We do feed them consistently, although not on a fixed schedule. We keep them clean. We consistently go into their rooms during the night when they cry. We give them countless hugs and kisses every day.

And we are consistently late.

I am almost 40 so it seems unlikely that my consistent inability to do anything at the same time day after day will change. So I just need to stop consistently feeling guilty about it.

Sometimes you end up nursing your baby in the driver’s seat of your minivan in the parking lot of McDonald’s because his persistent screaming from the back seat was about to make you plunge your car into a snow bank. No varieties or volume of music would assuage him, nor your own voice, which is admittedly becoming less soothing. You’re on your way home. It’s been a long day filled with things that did not go well. Why is he screaming? It’s anyone’s guess. He is probably teething. Although he has seemed like he has been teething for the past six months or so. He is probably hungry, because it’s dinner time. You’re hungry. You plied him with cheerios and yogurt melts earlier, and you attempted to give him milk. But as is his habit lately, he will not breastfeed when there are people or things nearby that might be remotely stimulating. He drinks a few sips and–although you know he is hungry and you know plenty of milk is available–he wrests away and tries to throw himself onto the floor so he can crawl toward something compelling, like a glass object. He may be crying because his sister is not in the back seat with him as she usually is, since she has just been dropped off for a sleepover. She is a reliable source of companionship, entertainment, and cheer, and she is missing. He may be tired–as you are–and crying is his favorite way of expressing that. He may be frustrated that he has removed one of his socks but not the other. There is no telling. But you realize you cannot make it home while enduring the screaming any longer, so you pull into the parking lot, as far away from other cars as possible, and try to nurse. At first he refuses, clinging to his tears and then distracted by the novelty of the steering wheel, the gear shift, the buttons that control the music and temperature. Eventually, thankfully, basic desire for nourishment overcomes innate curiosity and he turns to you for milk. And he drinks.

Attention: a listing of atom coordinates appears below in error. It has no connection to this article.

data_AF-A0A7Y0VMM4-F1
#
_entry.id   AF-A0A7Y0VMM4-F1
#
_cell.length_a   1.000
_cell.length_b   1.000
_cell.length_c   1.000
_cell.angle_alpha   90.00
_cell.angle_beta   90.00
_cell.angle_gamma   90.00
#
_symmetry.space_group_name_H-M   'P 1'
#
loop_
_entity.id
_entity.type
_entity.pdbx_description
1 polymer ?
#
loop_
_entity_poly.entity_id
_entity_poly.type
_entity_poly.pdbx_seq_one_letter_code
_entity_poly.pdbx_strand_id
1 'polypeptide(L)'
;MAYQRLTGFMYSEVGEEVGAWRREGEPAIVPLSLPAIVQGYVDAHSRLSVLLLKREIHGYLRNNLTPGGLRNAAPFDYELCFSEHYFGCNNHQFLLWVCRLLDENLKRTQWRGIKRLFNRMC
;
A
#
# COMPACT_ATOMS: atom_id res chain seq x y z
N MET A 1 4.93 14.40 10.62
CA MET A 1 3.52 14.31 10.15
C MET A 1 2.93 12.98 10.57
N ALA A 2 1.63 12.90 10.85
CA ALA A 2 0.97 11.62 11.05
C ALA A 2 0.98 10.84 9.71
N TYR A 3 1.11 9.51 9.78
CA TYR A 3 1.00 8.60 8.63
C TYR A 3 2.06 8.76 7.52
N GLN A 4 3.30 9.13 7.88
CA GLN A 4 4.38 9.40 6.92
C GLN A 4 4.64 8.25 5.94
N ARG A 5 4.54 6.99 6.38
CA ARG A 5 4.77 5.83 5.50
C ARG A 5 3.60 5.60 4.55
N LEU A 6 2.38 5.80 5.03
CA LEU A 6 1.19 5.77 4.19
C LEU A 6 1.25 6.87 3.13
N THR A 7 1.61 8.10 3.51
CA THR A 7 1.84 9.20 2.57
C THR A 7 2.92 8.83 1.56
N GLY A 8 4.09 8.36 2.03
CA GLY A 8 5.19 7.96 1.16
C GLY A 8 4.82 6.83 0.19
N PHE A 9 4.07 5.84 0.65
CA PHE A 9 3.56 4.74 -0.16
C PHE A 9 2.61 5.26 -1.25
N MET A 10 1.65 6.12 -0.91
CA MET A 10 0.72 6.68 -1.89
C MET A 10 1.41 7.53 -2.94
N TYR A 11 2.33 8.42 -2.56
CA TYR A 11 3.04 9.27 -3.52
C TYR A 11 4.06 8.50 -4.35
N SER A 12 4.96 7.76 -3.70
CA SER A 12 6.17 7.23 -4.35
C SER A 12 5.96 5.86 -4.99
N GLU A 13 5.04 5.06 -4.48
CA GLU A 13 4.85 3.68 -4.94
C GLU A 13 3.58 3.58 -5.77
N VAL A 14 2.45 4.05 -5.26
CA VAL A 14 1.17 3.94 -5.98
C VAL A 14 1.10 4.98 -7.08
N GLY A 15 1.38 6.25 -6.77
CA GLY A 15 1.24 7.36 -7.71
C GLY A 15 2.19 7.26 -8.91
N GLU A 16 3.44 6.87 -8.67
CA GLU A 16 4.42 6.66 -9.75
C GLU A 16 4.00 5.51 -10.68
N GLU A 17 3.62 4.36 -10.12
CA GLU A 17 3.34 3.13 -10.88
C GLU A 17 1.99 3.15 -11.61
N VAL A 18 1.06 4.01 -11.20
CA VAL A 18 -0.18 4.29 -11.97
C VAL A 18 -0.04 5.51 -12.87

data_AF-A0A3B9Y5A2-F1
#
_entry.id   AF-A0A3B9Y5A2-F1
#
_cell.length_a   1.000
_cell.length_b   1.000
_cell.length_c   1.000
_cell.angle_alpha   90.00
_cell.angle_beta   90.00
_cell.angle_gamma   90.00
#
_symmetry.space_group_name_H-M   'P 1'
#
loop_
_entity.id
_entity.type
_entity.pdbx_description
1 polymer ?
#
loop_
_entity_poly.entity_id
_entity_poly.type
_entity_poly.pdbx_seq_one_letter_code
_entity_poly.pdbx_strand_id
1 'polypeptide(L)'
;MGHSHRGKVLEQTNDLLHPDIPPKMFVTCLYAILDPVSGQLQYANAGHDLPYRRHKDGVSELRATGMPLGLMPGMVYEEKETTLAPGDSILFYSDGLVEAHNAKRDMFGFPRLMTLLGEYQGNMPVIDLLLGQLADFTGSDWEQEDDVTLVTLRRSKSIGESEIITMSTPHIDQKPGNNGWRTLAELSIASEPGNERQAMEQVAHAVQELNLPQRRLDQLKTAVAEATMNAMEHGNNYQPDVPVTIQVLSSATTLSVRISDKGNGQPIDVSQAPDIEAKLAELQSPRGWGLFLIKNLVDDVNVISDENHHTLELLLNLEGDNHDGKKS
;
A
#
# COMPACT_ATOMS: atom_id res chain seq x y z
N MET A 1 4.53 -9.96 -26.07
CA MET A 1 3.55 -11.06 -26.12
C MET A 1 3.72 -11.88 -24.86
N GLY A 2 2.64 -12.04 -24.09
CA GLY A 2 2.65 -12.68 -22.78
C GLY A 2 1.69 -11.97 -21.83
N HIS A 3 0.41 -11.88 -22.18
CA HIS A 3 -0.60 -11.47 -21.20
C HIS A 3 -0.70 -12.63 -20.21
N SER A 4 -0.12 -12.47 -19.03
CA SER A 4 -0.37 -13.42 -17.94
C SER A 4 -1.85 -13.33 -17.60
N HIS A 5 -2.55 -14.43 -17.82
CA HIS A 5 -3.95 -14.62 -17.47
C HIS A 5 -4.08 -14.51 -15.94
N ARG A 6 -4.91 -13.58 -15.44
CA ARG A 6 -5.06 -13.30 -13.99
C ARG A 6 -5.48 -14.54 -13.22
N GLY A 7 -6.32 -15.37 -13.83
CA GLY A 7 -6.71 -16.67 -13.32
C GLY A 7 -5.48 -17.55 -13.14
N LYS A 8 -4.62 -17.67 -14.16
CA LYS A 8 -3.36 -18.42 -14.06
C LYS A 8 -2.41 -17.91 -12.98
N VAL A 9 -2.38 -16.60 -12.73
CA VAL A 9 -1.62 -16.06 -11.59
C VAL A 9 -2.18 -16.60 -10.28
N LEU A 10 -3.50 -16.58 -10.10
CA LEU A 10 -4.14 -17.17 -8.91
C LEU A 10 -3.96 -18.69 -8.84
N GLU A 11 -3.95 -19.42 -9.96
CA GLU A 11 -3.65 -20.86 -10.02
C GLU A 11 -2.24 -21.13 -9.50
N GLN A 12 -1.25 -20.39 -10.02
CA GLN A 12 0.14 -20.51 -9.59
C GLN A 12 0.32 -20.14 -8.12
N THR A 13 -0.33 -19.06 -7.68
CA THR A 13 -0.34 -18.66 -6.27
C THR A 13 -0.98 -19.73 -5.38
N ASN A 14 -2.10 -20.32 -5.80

After a while you step gingerly out of the car and oh so carefully try to put him back in his carseat, talking softly to him to try to erase any lingering memory of his previous activity there. He is quiet. You strap him in. You get back in the driver’s seat and start to pull back onto the road. He starts to cry again. Your heartbeat accelerates and your hands clench the steering wheel. You start to sing “Old MacDonald” (no relation to the restaurant–different spelling) and run through your mental catalogue of 15 or so animals. He is quiet again. You are so tired you start getting the animal noises wrong. You switch to “The Wheels on the Bus” and exhaust the list of bus features and riders. He is still quiet. You stop singing and feel profound gratitude for the silence.